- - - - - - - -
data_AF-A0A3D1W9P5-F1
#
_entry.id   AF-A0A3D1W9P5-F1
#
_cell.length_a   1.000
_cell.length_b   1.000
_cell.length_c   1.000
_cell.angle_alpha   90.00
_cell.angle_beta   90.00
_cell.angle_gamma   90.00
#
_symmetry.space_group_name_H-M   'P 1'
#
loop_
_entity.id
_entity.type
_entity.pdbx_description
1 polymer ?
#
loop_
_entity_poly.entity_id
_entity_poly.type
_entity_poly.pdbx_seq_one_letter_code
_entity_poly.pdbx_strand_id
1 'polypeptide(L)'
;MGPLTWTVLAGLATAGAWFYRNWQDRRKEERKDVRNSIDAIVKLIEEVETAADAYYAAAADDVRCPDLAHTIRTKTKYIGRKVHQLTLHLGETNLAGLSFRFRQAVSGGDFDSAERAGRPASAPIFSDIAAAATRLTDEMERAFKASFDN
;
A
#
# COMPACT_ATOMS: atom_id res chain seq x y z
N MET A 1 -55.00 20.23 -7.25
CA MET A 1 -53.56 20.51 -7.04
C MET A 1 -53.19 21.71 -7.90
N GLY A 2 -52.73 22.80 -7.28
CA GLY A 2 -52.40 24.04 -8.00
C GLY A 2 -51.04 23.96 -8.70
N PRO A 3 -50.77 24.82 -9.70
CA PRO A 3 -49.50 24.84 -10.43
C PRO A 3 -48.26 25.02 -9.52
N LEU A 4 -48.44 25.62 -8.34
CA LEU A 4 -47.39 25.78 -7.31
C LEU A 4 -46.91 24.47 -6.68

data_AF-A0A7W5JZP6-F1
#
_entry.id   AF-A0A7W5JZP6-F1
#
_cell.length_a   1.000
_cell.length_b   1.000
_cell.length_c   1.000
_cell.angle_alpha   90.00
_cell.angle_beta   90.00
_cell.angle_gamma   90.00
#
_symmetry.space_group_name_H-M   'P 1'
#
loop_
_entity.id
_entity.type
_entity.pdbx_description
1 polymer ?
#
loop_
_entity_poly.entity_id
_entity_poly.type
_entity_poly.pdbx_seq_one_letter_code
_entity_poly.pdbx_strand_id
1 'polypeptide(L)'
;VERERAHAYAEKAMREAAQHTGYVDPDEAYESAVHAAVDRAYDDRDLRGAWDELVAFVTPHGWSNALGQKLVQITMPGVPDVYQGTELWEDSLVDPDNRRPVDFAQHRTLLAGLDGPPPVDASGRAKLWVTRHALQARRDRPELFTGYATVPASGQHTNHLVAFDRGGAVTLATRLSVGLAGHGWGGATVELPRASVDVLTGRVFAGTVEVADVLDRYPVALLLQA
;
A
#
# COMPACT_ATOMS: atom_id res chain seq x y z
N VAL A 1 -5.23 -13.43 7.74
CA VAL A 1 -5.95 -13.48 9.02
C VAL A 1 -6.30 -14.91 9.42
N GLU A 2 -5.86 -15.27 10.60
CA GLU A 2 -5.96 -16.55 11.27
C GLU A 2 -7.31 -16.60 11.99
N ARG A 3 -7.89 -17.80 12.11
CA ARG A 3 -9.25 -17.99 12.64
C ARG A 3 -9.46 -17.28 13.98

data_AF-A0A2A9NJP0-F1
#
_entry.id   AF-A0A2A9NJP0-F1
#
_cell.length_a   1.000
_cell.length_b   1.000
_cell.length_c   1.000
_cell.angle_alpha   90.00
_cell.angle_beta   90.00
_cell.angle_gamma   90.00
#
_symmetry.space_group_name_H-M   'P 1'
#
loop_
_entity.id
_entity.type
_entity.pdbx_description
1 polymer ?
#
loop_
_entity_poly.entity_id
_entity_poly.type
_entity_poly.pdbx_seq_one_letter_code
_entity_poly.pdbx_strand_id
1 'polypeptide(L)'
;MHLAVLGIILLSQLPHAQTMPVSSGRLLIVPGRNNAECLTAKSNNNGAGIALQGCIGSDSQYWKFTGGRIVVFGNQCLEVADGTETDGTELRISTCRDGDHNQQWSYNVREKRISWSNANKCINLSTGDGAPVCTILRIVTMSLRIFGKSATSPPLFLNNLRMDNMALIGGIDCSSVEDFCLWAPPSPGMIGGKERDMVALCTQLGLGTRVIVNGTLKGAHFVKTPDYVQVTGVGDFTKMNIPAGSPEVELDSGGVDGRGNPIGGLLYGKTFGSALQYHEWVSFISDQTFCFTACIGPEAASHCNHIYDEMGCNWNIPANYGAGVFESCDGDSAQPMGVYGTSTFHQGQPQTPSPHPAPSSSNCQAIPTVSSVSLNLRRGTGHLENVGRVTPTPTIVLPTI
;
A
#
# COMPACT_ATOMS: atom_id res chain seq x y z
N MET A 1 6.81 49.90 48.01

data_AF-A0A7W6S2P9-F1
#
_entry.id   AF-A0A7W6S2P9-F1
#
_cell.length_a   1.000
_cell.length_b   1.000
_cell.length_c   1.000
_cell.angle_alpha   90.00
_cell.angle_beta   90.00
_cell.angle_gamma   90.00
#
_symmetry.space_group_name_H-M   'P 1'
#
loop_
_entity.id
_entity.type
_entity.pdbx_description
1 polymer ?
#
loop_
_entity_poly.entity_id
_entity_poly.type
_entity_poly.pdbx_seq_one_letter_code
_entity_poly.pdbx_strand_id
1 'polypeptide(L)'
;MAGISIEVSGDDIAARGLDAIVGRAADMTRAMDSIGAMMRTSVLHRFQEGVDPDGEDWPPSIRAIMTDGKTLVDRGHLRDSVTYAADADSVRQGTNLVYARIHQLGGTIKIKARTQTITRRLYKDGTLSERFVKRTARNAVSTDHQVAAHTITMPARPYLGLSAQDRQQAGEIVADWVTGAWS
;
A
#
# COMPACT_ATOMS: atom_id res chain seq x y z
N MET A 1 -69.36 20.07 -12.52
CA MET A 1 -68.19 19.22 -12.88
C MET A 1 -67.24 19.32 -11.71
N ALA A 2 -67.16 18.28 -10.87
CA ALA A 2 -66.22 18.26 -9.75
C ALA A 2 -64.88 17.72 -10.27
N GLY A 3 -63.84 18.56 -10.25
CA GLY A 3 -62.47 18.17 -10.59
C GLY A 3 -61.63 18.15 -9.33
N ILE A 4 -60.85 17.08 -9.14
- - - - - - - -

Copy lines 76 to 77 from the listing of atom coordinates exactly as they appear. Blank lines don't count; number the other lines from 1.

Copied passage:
N GLU A 2 -5.86 -15.27 10.60
CA GLU A 2 -5.96 -16.55 11.27